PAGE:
You were born in London and were raised in Toronto. What dishes inspired you as a kid growing up, and did you try to recreate them?
I had a horrible culinary upbringing by my mother and have deep scars instead of fun memories. I still have a phobia for certain things like instant noodles and ham sandwiches, which I overdosed on during my childhood. I think my mother’s lack of cooking skills inspired me to learn to cook.
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You’re a qualified engineer. To what extent has that background influenced your cooking?
My professional education as an engineer manifests itself in everything I create in the kitchen. I ensure that every dish is crafted with engineering precision and that the perfect ingredients and techniques are used. There are times that one single dish could take months until it’s perfect and ready to be added to the menu and served to our guests.
You once referred to yourself as “The Demon Chef” – does that still sum you up or have you moved on from that label?
It’s like tattoos: nicknames are permanent and should remain relevant for a lifetime. Some people ask me, “has the demon tamed in his old age?”. The answer is no, because the demon was never meant to be a beast. It stands for a playful spirit with no harm to anyone. And as the years pass, I feel I’ve become more playful.
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Bo Innovation gained two, then three, Michelin stars. Was that a lot of pressure to live up to?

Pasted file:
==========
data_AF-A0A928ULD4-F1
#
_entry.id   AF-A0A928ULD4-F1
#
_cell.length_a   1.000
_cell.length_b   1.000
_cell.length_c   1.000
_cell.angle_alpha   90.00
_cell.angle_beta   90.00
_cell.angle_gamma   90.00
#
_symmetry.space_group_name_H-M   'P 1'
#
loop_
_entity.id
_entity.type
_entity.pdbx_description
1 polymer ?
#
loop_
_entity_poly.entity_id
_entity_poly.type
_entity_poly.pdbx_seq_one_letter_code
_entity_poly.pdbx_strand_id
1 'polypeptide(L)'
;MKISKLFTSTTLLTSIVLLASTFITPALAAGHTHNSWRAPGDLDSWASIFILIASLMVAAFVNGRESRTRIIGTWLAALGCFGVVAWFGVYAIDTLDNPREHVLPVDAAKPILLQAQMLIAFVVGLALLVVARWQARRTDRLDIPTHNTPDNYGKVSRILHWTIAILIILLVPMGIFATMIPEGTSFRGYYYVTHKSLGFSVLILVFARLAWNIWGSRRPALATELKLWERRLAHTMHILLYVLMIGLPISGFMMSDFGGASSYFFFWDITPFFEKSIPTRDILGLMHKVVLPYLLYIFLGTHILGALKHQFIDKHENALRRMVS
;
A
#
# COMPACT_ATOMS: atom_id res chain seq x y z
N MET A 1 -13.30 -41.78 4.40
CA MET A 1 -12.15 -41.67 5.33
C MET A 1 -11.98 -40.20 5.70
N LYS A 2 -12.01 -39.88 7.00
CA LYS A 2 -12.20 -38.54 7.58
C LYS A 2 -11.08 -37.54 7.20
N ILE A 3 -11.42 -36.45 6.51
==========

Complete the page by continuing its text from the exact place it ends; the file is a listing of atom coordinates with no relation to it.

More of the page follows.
As my food friend and fellow chef, Umberto Bombana, said: “Once you’re at the top, the only path is down.” Receiving the third star was a great achievement, and I maintained it for almost 10 years. The pressure of being on top is often created by the lack of confidence in your work. Since then, I’ve fallen back to two again. So, if someone asks if there’s a pressure trying to go back to three, I say: If one sees Michelin stars as a form of reward rather than recognition, then the pressure isn’t relevant. I’ve been very lucky that I achieved three Michelin stars. I’m very satisfied and could die tomorrow happy.
How will Cafe Bau evolve?
In the long run, we’ll offer our diners some upscale lunch options and continue to showcase the finest local produce from the area by updating our menu with new culinary creations every other week.
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How can the F&B industry adopt a more sustainable approach?
The F&B industry should incorporate more recycling and upcycling initiatives, be more generous and donate food, and pass out gifts to their guests to reduce waste wherever possible. When running a restaurant, we also need to look at it from a social point of view, like staff wellbeing, which benefits the restaurant too. Things like fair working hours and creating an environment with less stress produces a more sustainable environment from a social angle.
You have restaurants in Singapore, Canada and Dubai. Any more on the horizon?
I like to take every opportunity that is offered to me to expand overseas, which is why I’m planning new openings in China, North America and maybe the Middle East.